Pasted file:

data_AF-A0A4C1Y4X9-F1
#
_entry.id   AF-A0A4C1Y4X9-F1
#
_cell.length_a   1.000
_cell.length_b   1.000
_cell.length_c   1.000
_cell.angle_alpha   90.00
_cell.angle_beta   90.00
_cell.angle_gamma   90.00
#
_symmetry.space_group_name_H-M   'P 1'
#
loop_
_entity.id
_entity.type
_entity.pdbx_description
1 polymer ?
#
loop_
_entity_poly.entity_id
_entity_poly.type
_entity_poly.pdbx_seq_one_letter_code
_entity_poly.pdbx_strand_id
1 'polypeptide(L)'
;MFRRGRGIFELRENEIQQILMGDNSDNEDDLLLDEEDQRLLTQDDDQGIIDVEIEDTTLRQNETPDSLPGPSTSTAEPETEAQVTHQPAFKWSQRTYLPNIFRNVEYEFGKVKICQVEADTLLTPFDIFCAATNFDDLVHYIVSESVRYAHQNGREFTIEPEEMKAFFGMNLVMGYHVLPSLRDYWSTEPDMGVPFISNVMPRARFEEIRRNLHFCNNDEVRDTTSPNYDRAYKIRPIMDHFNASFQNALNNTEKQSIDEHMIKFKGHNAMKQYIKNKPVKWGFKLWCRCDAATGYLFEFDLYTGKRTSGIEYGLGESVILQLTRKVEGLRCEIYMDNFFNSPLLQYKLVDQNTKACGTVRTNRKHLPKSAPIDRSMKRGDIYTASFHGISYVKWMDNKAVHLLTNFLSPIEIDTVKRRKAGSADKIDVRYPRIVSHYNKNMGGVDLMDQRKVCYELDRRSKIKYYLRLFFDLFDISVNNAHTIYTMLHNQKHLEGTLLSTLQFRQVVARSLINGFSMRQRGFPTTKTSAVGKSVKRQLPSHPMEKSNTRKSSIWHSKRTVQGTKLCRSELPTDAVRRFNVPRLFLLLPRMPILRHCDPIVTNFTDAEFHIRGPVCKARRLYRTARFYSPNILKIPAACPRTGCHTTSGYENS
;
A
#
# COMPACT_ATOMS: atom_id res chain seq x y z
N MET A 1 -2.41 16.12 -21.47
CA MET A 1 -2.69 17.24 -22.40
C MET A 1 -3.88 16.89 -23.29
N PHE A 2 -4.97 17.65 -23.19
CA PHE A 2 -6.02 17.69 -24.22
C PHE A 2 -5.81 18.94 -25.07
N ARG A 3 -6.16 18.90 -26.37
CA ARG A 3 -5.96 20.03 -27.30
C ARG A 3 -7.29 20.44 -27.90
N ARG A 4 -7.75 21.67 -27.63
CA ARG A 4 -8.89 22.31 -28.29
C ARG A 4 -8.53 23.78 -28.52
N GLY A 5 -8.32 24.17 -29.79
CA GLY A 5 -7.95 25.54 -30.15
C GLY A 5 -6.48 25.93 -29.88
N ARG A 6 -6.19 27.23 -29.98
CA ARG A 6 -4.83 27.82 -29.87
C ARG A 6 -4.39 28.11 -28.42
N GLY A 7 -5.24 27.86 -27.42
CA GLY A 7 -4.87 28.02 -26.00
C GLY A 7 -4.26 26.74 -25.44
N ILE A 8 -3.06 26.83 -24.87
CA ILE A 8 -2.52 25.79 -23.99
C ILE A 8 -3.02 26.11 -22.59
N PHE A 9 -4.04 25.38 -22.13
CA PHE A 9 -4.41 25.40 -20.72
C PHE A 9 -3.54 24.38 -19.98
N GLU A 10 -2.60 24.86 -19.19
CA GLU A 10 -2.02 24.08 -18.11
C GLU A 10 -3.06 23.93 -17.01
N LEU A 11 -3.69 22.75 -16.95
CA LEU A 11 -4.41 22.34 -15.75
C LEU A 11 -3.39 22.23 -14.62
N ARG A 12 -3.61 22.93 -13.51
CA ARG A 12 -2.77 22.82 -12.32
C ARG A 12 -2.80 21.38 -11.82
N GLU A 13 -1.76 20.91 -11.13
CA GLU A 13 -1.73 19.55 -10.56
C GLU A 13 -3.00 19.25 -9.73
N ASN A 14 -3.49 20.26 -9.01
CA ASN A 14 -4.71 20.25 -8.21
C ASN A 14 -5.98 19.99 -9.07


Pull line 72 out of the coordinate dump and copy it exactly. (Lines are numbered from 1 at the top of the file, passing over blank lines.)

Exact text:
C ASN A 14 -5.98 19.99 -9.07